The studied trees, some over 300 years old, show that precipitation extremes have been increasing by 2 to 4 mm per decade, resulting in a cumulative increase in rainfall of as much as 128 mm (five inches) compared to the early 1700s.
The greatest increases have occurred in the last 60 years, and recent extremes are unmatched by any prior events. .
Justin Maxwell and his collaborators found that longleaf pine trees on the East Coast of the US could act as indicators of tropical cyclone precipitation, as measured by the trees’ late season (June to October) growth bands.
These smaller, more local studies indicated that recent precipitation levels were far greater than anything the trees had experienced earlier in their lifetimes. .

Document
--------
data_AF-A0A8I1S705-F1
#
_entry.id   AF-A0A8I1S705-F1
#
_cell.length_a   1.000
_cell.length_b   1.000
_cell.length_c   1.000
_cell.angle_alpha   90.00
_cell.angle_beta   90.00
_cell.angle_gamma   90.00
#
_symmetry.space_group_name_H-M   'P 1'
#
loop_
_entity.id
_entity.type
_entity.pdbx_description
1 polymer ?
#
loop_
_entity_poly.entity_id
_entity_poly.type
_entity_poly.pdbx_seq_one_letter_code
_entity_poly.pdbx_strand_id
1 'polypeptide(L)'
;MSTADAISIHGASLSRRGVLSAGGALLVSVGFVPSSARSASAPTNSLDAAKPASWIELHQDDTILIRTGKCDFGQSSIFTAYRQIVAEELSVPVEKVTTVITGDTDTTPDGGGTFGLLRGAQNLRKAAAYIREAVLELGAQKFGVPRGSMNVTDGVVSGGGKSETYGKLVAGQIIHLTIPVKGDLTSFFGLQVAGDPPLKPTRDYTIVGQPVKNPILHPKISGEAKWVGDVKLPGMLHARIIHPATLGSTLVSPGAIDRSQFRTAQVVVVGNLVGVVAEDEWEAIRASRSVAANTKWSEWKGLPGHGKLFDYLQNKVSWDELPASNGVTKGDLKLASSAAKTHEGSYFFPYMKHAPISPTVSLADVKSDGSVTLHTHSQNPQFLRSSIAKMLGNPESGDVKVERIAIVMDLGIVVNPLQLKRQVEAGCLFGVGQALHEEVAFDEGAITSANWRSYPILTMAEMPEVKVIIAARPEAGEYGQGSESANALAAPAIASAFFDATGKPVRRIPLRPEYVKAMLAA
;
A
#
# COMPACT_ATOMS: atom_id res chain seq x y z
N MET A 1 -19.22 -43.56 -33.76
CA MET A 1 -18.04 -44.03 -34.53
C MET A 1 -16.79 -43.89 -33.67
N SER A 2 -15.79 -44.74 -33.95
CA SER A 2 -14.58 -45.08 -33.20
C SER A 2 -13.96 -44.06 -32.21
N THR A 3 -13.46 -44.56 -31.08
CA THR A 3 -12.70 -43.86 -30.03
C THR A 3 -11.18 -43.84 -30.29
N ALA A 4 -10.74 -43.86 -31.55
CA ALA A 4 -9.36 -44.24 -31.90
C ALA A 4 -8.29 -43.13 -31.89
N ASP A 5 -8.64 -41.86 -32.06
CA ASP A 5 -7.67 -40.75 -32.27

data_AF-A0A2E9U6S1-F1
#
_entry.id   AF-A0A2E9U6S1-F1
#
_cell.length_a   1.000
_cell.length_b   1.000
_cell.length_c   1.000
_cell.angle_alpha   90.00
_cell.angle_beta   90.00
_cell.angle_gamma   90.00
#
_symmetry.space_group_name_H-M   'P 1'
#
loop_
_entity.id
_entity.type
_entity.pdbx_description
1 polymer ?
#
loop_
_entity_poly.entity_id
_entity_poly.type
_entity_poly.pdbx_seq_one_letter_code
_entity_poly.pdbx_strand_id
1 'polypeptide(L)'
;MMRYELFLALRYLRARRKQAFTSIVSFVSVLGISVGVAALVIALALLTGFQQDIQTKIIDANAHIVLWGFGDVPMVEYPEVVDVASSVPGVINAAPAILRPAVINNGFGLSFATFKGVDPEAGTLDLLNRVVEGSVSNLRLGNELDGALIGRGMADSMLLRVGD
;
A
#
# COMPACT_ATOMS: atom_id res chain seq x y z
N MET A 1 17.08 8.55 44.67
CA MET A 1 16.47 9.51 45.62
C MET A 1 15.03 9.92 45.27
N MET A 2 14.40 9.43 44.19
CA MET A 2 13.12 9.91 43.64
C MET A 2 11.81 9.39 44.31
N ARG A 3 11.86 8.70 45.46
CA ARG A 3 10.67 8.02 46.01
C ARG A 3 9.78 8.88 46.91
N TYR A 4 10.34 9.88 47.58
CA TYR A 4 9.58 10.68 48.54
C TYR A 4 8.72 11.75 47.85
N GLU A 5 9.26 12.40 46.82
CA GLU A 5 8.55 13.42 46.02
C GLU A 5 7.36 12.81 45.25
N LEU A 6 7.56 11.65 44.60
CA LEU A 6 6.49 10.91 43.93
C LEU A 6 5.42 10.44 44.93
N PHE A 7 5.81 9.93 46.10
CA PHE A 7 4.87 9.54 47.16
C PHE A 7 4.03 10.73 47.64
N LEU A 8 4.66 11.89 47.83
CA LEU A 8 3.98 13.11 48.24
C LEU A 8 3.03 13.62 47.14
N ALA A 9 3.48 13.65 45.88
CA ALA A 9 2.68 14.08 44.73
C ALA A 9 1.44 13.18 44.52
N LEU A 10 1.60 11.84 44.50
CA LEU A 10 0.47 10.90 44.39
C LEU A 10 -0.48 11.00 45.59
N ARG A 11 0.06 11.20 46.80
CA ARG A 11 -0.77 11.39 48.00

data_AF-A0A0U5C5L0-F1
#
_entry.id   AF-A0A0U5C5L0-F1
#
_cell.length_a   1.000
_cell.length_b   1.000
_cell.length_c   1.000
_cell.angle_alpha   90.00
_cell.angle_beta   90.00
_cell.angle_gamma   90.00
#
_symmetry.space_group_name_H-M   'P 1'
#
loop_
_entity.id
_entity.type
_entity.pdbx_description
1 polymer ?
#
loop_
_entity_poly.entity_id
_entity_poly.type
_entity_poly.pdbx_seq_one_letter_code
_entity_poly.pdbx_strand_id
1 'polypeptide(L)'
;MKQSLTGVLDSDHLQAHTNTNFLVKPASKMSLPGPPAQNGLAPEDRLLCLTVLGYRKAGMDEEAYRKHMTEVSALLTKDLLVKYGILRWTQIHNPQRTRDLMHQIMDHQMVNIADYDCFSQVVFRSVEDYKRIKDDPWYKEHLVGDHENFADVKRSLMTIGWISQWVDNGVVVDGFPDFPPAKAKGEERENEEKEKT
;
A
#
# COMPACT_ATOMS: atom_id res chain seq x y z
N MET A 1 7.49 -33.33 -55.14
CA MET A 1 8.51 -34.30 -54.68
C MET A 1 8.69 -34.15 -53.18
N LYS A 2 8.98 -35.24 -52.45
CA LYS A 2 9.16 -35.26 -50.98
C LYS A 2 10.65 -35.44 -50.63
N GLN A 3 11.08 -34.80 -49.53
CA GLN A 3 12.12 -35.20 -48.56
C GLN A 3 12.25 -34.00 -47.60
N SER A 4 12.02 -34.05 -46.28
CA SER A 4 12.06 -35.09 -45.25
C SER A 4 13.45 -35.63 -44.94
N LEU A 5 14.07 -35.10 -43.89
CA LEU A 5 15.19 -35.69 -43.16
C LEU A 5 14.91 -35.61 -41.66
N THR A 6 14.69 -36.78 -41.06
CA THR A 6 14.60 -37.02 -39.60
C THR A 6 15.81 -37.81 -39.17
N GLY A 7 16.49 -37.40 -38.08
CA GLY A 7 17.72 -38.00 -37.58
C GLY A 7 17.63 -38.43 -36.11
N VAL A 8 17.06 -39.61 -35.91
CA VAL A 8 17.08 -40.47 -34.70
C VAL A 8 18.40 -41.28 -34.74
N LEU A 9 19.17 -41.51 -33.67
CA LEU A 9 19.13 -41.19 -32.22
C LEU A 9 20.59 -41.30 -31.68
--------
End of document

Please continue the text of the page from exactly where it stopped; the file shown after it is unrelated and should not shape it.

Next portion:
But the growth patterns clearly suggested less cyclone season precipitation in centuries gone by. .
“What we found in this paper is that this area is receiving more tropical cyclone precipitation for the entire season.” While researchers in the field are still debating the cause, many have suggested that it’s related to the trend of storms moving over the area more slowly. .
“If warming continues, as is predicted, these global winds will continue to be weak.
Global winds are what steer tropical cyclones, so having weaker winds leads to more meandering storm tracks and stalled storms in one location, producing more rainfall.
Therefore, these large seasonal totals of tropical cyclones are likely to continue into the future.” .
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